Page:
Yes. In a sense I’ll always be kind of grateful for the idea of super-massive objects, which Fred and I came up with in 1963, and worked on in ‘61 and ‘62. The reason being, there I was in the early ‘60’s, I was 50 years old and it was a whole new — I shouldn’t say career, but a whole new field of interest for me. The super-massive objects went on to general relativistic instability, gravitational collapse, gravitational red-shifts, and eventually led in part to the founding of what we now call relativistic astrophysics. There I had been for the previous 25 years working primarily in nuclear physics and in a very close offshoot, namely nucleosynthesis in stars. But here once it became clear that general relativity was involved, that delighted me. I didn’t really know, when I was 50 years old, just how much more fun I was going to get out of my scientific interest, because in large measure the original excitement of the origin of the element game, of the nucleosynthesis game and the stellar energy game, was over and done with. So here was this marvelous thing that happened to me.
I really had to learn stellar structure, really had to know what Newtonian stellar structure, stellar evolution meant. And I had to learn a great deal about general relativity, which as you know can be extremely baffling. So, for ten years between the time I was 52 or 53 and a little over sixty it was really just a new breath of life for me. Now in recent years I have come to strongly believe that nuclear physics has a very important role to play even though it may not be the major role. We haven’t touched on the whole pulsar development which shows that you can really get great quantities of gravitational energy out of condensed systems on a much smaller mass scale. But there are many similarities to the quasar business, and I haven’t made any contribution in that field. But as the whole pulsar business and the neutron star business came along, I was able to appreciate it much more because I’d learned some general relativity in the previous years. Now, as I was saying, I’m convinced that nuclear physics, nuclear energy sources have an important role to play along with gravitational energy and rotational energy and magnetic energy. In fact the interaction of all these divisions into which we categorize energy is a very exciting and interesting problem now.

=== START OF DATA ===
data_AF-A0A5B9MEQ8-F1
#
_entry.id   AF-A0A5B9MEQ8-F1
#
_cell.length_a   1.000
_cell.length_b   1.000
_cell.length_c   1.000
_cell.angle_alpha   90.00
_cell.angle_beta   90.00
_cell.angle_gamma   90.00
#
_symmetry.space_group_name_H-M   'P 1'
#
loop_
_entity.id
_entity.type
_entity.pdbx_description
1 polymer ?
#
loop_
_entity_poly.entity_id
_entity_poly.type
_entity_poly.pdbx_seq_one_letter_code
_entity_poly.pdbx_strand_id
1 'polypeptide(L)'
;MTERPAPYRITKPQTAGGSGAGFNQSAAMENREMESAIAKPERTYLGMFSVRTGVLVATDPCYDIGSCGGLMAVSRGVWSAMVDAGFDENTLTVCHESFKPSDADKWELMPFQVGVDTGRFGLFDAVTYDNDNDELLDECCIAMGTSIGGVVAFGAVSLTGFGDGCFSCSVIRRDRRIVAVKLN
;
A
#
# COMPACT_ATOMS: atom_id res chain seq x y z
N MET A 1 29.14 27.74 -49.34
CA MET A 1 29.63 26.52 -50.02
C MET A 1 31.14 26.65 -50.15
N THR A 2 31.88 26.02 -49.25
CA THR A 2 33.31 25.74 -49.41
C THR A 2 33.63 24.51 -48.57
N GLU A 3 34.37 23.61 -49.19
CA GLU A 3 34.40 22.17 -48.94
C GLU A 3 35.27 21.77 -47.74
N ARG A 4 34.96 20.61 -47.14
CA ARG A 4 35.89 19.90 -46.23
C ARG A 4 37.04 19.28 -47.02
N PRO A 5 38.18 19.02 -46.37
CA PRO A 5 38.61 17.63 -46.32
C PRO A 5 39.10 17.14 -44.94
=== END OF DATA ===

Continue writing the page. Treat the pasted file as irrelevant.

So I have decided, and over the past few years have gone back into nuclear physics because always, in every model we worked on we eventually come down to the need to know nuclear reaction rates more accurately. We need to know them over much wider ranges of temperature and at less energy than we did in the past. So I’ve now gone back to the nuclear aspects almost entirely. But the almost ten years that I was involved in relativistic astrophysics were very exciting. And of course the field continues to be extremely exciting. One thing I did forget to mention, and it played a very important role in my enjoyment of the work. Shortly after Dick Feynman had his idea about the instability of super-massive objects he took on a young graduate student, James Maxwell Bardeen, the son of the double Nobel prize winner, John Bardeen. And it’s true that Jim was Dick’s student, but because at that time I got interested in the problem too, I worked very closely with Jim. He’s an extremely brilliant young theorist. And he came into my office, not quite once a day, but two or three times a week, and I learned just an enormous amount from him as he was learning the business. I had somewhat more experience and somewhat more knowledge of the observations than either he or Feynman and so I was able to help him too, in a way.